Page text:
What happened in Wisconsin has moral implications for democracy

December 5, 2018



In the wee small hours of the morning, Wisconsin Republicans took unprecedented action to impede the governing ability of the incoming Executive Branch of state government under the new Evers Administration. The terrible irony is not lost on many observers, in that eight years ago Governor Scott Walker pleaded with then-Governor Jim Doyle to not take any action in a "lame duck" session before Walker took office.


Amidst all the protests, statements, and claims from both Democrats and Republicans, there resides a deeper, moral struggle that will have drastic moral implications for our democracy. In fact, it speaks to the very nature of why democracy exists, and what it means to everyone's lives. It is my assertion that Democrats and progressives need to make this moral vision a priority in everything they communicate from now on. Because while it is a moral vision of democracy most people accept, it is diminishing in public discourse thanks to decades of intentional conservative effort to cause its diminution. What is this "moral vision"?


Simply stated, democracy was founded on the idea of empathy - that we have a moral responsibility to care the lives of other as ourselves. Democracy exists as a metaphor for our values. How we express those values determines how our government functions (or doesn't function). Consider this - in order for democracy (and our government) to function, people must act towards each other with empathy. Our freedom comes with an enormous responsibility for the freedom of others. Elected officials have a moral responsibility to protect AND empower the people who elected them, by acting on our values of caring for others in a democracy. Democracy is a metaphorical system founded on "The Golden Rule" (which exists in some form in every religion on Earth) - that we should act towards others as we would have others act towards ourselves.


Sadly, what happened in Wisconsin over the recent 48 hours is a reflection of how absent the "Golden Rule" is in our our democracy and our society in general. The actions taken by State Senate and Assembly Republicans have contributed to the continuing slow death of the one of the great moral tenets of our democracy. The evidence is everywhere. Republicans in Wisconsin put the consolidation of political power and their own self-interest over what's best for the people of Wisconsin. When the people voted in support of Tony Evers for Governor over Scott Walker - with full knowledge that Evers represents a change away from the politics of "divide and conquer" and towards a more cooperative, caring, progressive administration - Republicans took unprecedented action to preserve their self-interest and maintain power.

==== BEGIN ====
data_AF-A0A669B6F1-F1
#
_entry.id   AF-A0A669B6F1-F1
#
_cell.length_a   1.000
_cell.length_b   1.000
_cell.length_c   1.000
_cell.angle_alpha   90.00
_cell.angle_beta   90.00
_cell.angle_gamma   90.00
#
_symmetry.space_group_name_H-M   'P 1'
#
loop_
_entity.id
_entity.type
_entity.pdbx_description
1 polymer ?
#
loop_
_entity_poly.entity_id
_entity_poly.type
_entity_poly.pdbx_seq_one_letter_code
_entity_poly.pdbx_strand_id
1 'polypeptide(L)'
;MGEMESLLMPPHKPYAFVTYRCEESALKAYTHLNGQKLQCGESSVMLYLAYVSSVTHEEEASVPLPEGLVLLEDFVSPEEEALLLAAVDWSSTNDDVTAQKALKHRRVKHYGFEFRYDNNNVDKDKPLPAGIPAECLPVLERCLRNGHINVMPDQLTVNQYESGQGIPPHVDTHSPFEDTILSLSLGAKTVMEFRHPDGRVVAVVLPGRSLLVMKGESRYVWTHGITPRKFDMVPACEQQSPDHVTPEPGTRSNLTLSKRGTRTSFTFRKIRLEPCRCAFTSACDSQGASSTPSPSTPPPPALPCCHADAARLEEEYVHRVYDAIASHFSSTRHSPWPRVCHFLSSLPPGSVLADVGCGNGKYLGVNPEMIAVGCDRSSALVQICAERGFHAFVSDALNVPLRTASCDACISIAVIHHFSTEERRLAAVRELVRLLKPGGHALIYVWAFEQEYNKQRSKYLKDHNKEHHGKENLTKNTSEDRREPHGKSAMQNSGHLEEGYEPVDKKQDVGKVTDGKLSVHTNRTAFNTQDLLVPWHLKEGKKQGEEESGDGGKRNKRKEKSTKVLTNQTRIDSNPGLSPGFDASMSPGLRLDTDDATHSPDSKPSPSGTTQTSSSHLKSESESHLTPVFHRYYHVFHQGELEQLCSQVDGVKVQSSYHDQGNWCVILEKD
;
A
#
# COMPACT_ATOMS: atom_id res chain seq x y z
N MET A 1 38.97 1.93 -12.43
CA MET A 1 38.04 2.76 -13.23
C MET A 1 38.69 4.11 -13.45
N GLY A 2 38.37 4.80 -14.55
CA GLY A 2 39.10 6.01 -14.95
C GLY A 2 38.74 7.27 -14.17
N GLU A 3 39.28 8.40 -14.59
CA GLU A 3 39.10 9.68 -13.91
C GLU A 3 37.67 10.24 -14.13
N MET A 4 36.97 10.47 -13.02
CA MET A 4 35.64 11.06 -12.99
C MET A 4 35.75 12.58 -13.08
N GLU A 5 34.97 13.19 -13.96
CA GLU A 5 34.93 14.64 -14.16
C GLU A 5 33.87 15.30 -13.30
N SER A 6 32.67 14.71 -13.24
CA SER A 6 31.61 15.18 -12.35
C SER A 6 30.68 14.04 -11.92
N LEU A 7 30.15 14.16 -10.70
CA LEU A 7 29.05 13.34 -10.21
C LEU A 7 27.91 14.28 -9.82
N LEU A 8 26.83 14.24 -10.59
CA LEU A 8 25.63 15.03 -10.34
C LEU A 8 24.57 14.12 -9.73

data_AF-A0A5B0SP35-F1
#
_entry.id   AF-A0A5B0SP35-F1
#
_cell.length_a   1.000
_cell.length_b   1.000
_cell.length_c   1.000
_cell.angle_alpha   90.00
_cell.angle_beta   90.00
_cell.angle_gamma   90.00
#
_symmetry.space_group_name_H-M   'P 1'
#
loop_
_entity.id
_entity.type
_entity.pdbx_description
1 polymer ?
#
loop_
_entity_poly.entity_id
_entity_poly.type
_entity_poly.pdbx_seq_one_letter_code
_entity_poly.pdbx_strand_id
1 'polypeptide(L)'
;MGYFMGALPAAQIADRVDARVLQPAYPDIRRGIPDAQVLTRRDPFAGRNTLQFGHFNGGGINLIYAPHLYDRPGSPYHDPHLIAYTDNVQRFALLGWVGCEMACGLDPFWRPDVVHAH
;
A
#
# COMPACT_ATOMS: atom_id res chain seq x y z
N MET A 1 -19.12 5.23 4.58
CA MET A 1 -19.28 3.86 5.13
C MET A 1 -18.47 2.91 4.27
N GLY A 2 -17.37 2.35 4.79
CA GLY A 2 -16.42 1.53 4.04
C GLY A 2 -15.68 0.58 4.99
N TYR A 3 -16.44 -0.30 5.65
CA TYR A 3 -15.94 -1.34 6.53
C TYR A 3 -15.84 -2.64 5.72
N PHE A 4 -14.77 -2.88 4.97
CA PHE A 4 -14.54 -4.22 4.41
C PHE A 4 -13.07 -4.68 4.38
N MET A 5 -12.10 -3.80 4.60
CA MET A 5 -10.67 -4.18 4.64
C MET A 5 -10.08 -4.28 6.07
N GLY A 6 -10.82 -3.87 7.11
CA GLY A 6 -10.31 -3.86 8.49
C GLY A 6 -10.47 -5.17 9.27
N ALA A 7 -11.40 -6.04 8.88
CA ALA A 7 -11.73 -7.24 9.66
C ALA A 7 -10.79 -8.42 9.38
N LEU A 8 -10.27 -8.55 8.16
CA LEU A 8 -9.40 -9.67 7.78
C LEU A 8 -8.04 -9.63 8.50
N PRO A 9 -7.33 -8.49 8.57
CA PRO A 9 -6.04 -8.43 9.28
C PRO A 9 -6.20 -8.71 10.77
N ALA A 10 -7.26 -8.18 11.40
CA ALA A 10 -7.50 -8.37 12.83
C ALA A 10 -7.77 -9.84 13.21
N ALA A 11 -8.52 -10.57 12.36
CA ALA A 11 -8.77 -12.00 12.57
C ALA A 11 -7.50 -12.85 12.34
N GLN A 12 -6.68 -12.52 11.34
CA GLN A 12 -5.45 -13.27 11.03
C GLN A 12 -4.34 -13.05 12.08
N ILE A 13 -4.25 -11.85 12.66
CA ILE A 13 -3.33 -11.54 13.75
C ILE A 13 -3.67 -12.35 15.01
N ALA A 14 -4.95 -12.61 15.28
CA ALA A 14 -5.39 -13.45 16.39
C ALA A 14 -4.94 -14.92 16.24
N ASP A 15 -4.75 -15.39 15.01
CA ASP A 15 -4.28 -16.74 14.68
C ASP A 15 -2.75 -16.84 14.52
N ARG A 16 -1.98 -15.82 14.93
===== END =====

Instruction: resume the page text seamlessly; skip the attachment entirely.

Our society and politics in general are replete with examples of people placing their self-interest over the common good. In fact, I would argue it is an epidemic. It is the reason for our rampant inequality (the wealthy believing in a moral righteousness of being deserving and "self-made", with no responsibility to people or The Public), the reason that we fail to meaningfully solve our global climate crisis (people not willing to give up existing comfort or pay necessary taxes), and it is the reason we place such a high priority on personal wealth and achievement - all over the common good or well being of others. The dominance in our society (and for the most part our politics) of people acting on and prioritizing self-interest has greatly diminished the necessary role of empathy in democracy and governance. Without people caring for others, and acting on that "caring", there is no democracy. Period. 


That's what happened in Wisconsin. Republicans didn't care about democracy, and they certainly didn't care for the people of Wisconsin and the values they expressed in voting for Tony Evers. They only cared about their own power and self-interest, and that's a betrayal of the public trust. It also contributes to the death of democracy. 


It doesn't matter what political party you belong to, or who you voted for. The message is the same, because it's about our values as a people:


"This election, the people of Wisconsin voted for a future where we work together, and care for each other across the state through our democracy. We can only move forward by setting aside the old divide and conquer politics, and reject putting self-interest over the common good. The people of Wisconsin voted for a future where we work towards unity and the common good, and prosperity for all. Republicans in the State Legislature betrayed our values, and our democracy."